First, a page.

By Car: From Paris's Périphérique ring road, follow A-13 toward Rouen, get off at Vernon, follow Centre-Ville signs, then signs to Giverny.
By Train: Take the Rouen-bound train from Paris' Gare St. Lazare station to Vernon (4 miles from Giverny, no baggage check). From the Vernon train station to Monet's garden, you have four good options: by bus, taxi, bike, or on foot. The Vernon–Giverny bus meets arriving trains for the 15-minute run to Giverny (no buses on Mon) and takes you back to meet the return train to Paris. If you miss the last bus, find others to share a taxi (see below). The stop to Giverny is in front of Vernon's train station, facing Café du Chemin de Fer (don't dally, the bus leaves soon after your train arrives). The ticket office at Monet's home in Giverny has bus schedules for the return trip. The bus stop for the return trip is in the bus parking lot on the opposite side of the main road, by the roundabout. The stop is the first one on your right. Look for the white #18 bus marked Vernon–Giverny Car.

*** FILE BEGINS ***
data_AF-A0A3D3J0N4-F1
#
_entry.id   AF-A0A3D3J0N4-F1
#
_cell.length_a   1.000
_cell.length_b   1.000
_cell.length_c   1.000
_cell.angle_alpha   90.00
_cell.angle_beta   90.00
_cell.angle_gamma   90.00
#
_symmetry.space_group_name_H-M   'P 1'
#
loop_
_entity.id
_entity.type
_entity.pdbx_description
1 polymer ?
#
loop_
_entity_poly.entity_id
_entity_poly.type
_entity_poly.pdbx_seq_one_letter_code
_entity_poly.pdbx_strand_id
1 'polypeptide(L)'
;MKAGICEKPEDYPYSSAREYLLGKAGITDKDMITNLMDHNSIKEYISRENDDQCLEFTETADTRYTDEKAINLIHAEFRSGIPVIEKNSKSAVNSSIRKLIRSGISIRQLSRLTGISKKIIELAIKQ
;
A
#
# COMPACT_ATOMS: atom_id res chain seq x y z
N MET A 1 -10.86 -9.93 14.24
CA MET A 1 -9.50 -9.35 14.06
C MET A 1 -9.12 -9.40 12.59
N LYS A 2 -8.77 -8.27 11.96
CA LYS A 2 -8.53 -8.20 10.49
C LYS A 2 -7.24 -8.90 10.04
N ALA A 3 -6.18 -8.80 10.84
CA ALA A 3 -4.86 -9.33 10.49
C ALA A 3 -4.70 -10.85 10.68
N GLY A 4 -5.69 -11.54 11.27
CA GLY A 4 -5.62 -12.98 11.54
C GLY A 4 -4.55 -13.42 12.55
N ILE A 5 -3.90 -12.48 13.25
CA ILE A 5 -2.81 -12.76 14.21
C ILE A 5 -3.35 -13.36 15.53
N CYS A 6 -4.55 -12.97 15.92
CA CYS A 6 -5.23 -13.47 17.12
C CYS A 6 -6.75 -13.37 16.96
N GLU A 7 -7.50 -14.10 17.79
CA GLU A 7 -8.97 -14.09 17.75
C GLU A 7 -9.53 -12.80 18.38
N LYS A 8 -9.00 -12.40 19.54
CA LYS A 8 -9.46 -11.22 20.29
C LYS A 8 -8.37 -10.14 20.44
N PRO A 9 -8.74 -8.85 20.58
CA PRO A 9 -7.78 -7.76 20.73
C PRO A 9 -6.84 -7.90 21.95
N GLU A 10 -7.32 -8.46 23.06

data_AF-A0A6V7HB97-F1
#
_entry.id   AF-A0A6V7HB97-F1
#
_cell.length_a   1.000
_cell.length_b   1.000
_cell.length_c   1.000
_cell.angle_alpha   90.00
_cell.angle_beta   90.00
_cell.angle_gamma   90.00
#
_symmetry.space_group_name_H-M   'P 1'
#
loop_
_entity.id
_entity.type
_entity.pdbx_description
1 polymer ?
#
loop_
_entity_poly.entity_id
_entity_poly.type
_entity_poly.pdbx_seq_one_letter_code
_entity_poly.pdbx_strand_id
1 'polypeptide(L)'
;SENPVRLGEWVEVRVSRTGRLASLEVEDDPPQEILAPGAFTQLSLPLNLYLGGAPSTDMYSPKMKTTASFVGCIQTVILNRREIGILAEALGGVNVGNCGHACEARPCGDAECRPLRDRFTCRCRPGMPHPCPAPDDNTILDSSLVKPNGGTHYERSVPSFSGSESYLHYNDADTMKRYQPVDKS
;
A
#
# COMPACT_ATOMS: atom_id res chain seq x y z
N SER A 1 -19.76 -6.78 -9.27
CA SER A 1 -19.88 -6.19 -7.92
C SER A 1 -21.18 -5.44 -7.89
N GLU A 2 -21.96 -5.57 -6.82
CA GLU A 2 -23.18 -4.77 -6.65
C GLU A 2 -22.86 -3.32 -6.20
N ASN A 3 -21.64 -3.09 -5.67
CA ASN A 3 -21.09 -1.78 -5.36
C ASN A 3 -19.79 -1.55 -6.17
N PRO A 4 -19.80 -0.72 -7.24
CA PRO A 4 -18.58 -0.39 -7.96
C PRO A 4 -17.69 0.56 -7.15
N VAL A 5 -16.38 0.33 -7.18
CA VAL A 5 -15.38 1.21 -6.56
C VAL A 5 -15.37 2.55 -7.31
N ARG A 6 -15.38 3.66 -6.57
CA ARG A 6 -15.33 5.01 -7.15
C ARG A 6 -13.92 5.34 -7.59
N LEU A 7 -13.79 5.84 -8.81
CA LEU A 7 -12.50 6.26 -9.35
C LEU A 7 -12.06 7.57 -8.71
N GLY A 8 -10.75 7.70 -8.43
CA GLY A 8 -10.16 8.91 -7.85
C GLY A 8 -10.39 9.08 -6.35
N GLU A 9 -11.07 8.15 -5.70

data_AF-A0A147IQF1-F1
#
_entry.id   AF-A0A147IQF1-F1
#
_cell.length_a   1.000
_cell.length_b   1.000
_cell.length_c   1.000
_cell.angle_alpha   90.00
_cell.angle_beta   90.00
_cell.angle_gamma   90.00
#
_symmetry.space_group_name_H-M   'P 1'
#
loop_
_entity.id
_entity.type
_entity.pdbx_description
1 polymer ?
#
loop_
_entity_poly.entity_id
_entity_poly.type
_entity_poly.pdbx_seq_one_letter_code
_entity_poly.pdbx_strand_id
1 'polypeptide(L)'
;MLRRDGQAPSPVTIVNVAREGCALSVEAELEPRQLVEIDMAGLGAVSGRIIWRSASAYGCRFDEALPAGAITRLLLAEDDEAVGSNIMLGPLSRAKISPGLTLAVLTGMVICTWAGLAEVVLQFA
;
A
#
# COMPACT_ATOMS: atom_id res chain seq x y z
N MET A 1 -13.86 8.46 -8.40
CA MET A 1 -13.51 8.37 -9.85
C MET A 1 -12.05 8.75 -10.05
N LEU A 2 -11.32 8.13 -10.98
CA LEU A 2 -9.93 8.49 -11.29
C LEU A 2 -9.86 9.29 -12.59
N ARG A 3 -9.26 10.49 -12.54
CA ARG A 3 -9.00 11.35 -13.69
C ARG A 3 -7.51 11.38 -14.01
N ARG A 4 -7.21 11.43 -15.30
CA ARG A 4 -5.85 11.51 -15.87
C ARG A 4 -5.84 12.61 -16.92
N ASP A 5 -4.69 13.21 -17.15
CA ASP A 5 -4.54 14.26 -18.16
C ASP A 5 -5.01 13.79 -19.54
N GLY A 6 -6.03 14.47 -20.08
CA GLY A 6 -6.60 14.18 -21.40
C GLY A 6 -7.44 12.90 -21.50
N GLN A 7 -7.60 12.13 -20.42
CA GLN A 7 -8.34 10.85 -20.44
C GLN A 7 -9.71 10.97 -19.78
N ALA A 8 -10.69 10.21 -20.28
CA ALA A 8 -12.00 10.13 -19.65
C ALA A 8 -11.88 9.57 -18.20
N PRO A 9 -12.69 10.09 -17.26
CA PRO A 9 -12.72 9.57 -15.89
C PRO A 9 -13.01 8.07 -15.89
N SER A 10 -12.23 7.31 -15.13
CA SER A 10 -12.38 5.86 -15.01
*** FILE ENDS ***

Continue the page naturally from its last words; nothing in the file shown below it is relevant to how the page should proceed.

If you take a taxi, call 06 77 49 32 90 or 02 32 21 31 31. With buses meeting every train, taxis are unnecessary (unless you miss the bus). Taxis wait in front of the station in Vernon.
You can rent a bike at L'Arrivée de Giverny, the café opposite the train station (tel. 02 32 21 16 01), and follow a paved bike path (piste cyclable) that runs from near Vernon along an abandoned railroad right-of-way (figure about 30 min to Giverny). Hikers can go on foot to Giverny, following the bike route, and take a bus or taxi back.